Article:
Verse 10. The kings of Tarshish and of the isles shall bring presents. Trade shall be made subservient to the purposes of mediatorial rule; merchant princes, both far and near, shall joyfully contribute of their wealth to his throne. Seafaring places are good centres from which to spread the gospel; and seafaring men often make earnest heralds of the cross. Tarshish of old was so far away, that to the eastern mind it was lost in its remoteness, and seemed to be upon the verge of the universe; even so far as imagination itself can travel, shall the Son of David rule; across the blue sea shall his sceptre be stretched; the white cliffs of Britain already own him, the gems of the Southern Sea glitter for him, even Iceland's heart is warm with his love. Madagascar leaps to receive him; and if there be isles of the equatorial seas whose spices have as yet not been presented to him, even there shall he receive a revenue of glory. He has made many an islet to become a Holy Isle, and hence, a true Formosa.
The kings of Sheba and Seba shall offer gifts. Agriculture and pasturage shall contribute their share. Foreign princes from inland regions, as yet unexplored, shall own the all embracing monarchy of the King of kings; they shall be prompt to pay their reverential tribute. Religious offerings shall they bring, for their King is their God. Then shall Arabia Felix be happy indeed, and the Fortunate Isles be more than fortunate. Observe, that true religion leads to generous giving; we are not taxed in Christ's dominions, but we are delighted to offer freely to him. It will be a great day when kings will do this: the poor widow has long ago been before them, it is time that they followed; their subjects would be sure to imitate the royal example. This free will offering is all Christ and his church desire; they want no forced levies and distraints, let all men give of their own free will, kings as well as commoners; alas! the rule has been for kings to give their subjects' property to the church, and a wretched church has received this robbery for a burnt offering; it shall not be thus when Jesus more openly assumes the throne.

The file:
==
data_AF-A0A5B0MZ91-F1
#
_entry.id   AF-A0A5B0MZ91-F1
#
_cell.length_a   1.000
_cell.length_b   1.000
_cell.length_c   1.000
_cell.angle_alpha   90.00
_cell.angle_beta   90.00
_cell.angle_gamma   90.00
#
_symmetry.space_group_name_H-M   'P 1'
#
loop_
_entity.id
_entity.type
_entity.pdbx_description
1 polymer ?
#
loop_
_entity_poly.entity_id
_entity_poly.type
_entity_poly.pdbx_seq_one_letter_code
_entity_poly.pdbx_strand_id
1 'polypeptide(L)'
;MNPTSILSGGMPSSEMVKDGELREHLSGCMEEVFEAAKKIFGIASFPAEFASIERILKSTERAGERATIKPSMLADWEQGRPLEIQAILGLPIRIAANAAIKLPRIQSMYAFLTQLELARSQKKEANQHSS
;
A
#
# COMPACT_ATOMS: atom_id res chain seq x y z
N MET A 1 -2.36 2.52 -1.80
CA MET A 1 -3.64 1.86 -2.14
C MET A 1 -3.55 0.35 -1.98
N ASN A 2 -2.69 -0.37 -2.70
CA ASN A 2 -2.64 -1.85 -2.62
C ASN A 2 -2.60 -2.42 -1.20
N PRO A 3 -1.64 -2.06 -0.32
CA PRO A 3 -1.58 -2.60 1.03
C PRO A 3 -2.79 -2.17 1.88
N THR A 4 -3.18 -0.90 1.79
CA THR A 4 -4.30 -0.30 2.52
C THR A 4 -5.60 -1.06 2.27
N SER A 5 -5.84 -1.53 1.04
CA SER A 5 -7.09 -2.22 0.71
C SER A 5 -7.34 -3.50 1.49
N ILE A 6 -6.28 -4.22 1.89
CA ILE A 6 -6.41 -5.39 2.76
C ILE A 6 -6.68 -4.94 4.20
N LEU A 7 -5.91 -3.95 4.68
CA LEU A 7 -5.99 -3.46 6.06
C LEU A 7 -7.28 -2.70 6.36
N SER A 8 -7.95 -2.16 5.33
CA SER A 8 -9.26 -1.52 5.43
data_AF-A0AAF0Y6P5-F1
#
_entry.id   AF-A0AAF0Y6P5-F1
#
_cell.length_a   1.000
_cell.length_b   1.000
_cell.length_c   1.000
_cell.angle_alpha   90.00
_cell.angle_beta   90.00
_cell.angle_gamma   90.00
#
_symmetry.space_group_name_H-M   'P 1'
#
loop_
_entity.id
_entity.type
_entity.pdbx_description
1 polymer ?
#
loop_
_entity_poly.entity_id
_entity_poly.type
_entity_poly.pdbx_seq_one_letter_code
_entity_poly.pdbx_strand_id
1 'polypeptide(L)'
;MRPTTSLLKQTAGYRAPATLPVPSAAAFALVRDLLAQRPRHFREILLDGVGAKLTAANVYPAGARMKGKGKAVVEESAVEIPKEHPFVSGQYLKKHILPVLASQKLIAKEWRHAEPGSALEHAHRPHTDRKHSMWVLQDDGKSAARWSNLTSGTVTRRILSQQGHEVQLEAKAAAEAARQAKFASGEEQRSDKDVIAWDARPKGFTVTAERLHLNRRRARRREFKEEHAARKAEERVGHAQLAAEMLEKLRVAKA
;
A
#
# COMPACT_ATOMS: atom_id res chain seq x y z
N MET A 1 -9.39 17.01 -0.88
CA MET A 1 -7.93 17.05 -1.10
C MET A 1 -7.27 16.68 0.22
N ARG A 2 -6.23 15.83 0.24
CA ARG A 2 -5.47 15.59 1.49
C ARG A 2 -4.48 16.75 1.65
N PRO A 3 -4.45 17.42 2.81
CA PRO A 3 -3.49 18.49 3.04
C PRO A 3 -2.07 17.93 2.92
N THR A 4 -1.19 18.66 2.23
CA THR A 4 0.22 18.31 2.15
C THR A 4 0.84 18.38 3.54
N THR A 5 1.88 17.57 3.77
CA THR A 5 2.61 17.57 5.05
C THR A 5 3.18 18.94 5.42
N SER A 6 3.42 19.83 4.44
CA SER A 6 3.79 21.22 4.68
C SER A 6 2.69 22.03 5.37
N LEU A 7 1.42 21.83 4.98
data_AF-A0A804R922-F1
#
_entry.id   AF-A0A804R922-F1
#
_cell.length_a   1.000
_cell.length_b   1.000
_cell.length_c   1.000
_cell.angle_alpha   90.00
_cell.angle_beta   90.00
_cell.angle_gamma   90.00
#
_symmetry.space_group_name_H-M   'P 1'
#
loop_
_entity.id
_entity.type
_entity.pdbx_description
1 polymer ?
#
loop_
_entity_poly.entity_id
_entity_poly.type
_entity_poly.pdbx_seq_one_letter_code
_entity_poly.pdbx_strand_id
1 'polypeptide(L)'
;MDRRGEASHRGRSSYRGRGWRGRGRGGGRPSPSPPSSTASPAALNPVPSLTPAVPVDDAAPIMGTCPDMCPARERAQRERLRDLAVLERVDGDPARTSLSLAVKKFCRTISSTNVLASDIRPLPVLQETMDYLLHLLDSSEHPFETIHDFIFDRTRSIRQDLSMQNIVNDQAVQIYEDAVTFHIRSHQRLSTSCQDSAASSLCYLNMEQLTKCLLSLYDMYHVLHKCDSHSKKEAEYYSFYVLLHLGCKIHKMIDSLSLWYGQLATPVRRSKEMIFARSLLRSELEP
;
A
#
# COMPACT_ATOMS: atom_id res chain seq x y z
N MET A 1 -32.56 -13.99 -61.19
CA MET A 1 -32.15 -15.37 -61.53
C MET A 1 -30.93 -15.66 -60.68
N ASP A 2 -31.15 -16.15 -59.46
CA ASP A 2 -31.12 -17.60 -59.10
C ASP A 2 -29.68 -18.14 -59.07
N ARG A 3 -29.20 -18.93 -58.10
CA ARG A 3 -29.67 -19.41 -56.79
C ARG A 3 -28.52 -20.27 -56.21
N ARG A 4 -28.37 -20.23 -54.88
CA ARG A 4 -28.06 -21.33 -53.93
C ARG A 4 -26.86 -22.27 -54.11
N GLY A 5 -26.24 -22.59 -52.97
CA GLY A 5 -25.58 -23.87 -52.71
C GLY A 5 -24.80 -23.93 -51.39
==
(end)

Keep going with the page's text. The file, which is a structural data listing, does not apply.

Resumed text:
EXPLANATORY NOTES AND QUAINT SAYINGS
Verse 9-10. Wilderness, Tarshish, Sheba. See Psalms on "Psalms 72:9" for further information.
Verse 9-11. They that dwell in the wilderness shall bow before him; and his enemies shall lick the dust. See Psalms on "Psalms 72:9" for further information.
Verse 10. Tarshish was an old, celebrated, opulent, cultivated, commercial city, which carried on trade in the Mediterranean, and with the seaports of Syria, especially Tyre and Joppa, and that it most probably lay on the extreme west of that sea. Was there, then, in ancient times, any city in these parts which corresponded with these clearly ascertained facts? There was. Such was Tartessus in Spain, said to have been a Phoenician colony; a fact which of itself would account for its intimate connection with Palestine and the Biblical narratives. As to the exact spot where Tartessis (so written originally) lay, authorities are not agreed, as the city had ceased to exist when geography began to receive attention; but it was not far from the Straits of Gibraltar, and near the mouth of the Guadalquivir, consequently at no great distance from the famous Granada of later days. The reader, however, must enlarge his notion beyond that of a mere city, which, how great soever, would scarcely correspond with the ideas of magnitude, affluence, and power, that the Scriptures suggest. The name, which is of Phoenician origin, seems to denote the district of south western Spain, comprising the several colonies which Tyre planted in that country, and so being equivalent to what we might designate Phoenician Spain. We are not, however, convinced that the opposite coast of Africa was not included, so that the word would denote to an inhabitant of Palestine the extreme western parts of the world. J. R. Beard, in "A Cyclopaedia of Biblical Literature." 1866.